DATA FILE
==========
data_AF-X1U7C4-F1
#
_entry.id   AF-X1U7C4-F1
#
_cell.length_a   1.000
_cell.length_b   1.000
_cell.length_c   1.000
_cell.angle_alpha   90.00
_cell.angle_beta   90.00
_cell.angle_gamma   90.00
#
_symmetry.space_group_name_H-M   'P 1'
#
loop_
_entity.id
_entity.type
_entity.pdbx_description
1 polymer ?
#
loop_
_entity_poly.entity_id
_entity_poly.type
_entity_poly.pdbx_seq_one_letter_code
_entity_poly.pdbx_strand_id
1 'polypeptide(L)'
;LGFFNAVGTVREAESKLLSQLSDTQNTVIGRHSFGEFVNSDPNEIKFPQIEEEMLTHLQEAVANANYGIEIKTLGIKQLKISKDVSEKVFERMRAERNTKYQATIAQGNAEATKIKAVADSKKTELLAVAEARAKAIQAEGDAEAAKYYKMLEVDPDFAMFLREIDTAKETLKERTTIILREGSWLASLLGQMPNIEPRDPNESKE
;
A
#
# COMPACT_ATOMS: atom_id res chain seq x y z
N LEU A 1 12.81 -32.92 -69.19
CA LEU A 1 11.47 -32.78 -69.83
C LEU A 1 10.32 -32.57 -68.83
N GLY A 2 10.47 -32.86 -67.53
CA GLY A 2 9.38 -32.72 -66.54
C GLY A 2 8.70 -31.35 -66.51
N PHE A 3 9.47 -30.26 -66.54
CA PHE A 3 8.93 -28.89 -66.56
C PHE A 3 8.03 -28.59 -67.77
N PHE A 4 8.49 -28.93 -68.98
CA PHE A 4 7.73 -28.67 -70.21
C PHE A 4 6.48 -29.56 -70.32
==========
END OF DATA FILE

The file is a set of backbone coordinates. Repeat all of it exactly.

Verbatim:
data_AF-X1U7C4-F1
#
_entry.id   AF-X1U7C4-F1
#
_cell.length_a   1.000
_cell.length_b   1.000
_cell.length_c   1.000
_cell.angle_alpha   90.00
_cell.angle_beta   90.00
_cell.angle_gamma   90.00
#
_symmetry.space_group_name_H-M   'P 1'
#
loop_
_entity.id
_entity.type
_entity.pdbx_description
1 polymer ?
#
loop_
_entity_poly.entity_id
_entity_poly.type
_entity_poly.pdbx_seq_one_letter_code
_entity_poly.pdbx_strand_id
1 'polypeptide(L)'
;LGFFNAVGTVREAESKLLSQLSDTQNTVIGRHSFGEFVNSDPNEIKFPQIEEEMLTHLQEAVANANYGIEIKTLGIKQLKISKDVSEKVFERMRAERNTKYQATIAQGNAEATKIKAVADSKKTELLAVAEARAKAIQAEGDAEAAKYYKMLEVDPDFAMFLREIDTAKETLKERTTIILREGSWLASLLGQMPNIEPRDPNESKE
;
A
#
# COMPACT_ATOMS: atom_id res chain seq x y z
N LEU A 1 12.81 -32.92 -69.19
CA LEU A 1 11.47 -32.78 -69.83
C LEU A 1 10.32 -32.57 -68.83
N GLY A 2 10.47 -32.86 -67.53
CA GLY A 2 9.38 -32.72 -66.54
C GLY A 2 8.70 -31.35 -66.51
N PHE A 3 9.47 -30.26 -66.54
CA PHE A 3 8.93 -28.89 -66.56
C PHE A 3 8.03 -28.59 -67.77
N PHE A 4 8.49 -28.93 -68.98
CA PHE A 4 7.73 -28.67 -70.21
C PHE A 4 6.48 -29.56 -70.32